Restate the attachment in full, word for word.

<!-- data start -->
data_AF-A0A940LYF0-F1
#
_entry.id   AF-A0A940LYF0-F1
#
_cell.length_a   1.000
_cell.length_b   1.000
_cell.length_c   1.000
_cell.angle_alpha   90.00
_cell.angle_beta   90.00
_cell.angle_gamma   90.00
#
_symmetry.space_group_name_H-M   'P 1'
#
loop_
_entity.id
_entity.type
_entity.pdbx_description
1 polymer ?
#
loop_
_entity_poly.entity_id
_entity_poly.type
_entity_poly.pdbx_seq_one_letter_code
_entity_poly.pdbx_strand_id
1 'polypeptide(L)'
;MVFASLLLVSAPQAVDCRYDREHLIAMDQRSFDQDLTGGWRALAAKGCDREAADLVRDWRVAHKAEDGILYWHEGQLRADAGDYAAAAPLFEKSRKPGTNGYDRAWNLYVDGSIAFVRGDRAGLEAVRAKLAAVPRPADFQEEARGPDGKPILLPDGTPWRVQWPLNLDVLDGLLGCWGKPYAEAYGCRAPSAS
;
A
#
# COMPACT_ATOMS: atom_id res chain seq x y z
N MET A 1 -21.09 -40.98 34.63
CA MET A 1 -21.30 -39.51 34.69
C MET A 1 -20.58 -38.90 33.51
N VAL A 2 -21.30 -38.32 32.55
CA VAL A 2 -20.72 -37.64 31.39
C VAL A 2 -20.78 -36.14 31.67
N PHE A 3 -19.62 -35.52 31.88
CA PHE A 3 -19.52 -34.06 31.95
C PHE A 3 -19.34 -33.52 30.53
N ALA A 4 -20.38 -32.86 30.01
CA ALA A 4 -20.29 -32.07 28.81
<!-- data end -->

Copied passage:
data_AF-A0A940LYF0-F1
#
_entry.id   AF-A0A940LYF0-F1
#
_cell.length_a   1.000
_cell.length_b   1.000
_cell.length_c   1.000
_cell.angle_alpha   90.00
_cell.angle_beta   90.00
_cell.angle_gamma   90.00
#
_symmetry.space_group_name_H-M   'P 1'
#
loop_
_entity.id
_entity.type
_entity.pdbx_description
1 polymer ?
#
loop_
_entity_poly.entity_id
_entity_poly.type
_entity_poly.pdbx_seq_one_letter_code
_entity_poly.pdbx_strand_id
1 'polypeptide(L)'
;MVFASLLLVSAPQAVDCRYDREHLIAMDQRSFDQDLTGGWRALAAKGCDREAADLVRDWRVAHKAEDGILYWHEGQLRADAGDYAAAAPLFEKSRKPGTNGYDRAWNLYVDGSIAFVRGDRAGLEAVRAKLAAVPRPADFQEEARGPDGKPILLPDGTPWRVQWPLNLDVLDGLLGCWGKPYAEAYGCRAPSAS
;
A
#
# COMPACT_ATOMS: atom_id res chain seq x y z
N MET A 1 -21.09 -40.98 34.63
CA MET A 1 -21.30 -39.51 34.69
C MET A 1 -20.58 -38.90 33.51
N VAL A 2 -21.30 -38.32 32.55
CA VAL A 2 -20.72 -37.64 31.39
C VAL A 2 -20.78 -36.14 31.67
N PHE A 3 -19.62 -35.52 31.88
CA PHE A 3 -19.52 -34.06 31.95
C PHE A 3 -19.34 -33.52 30.53
N ALA A 4 -20.38 -32.86 30.01
CA ALA A 4 -20.29 -32.07 28.81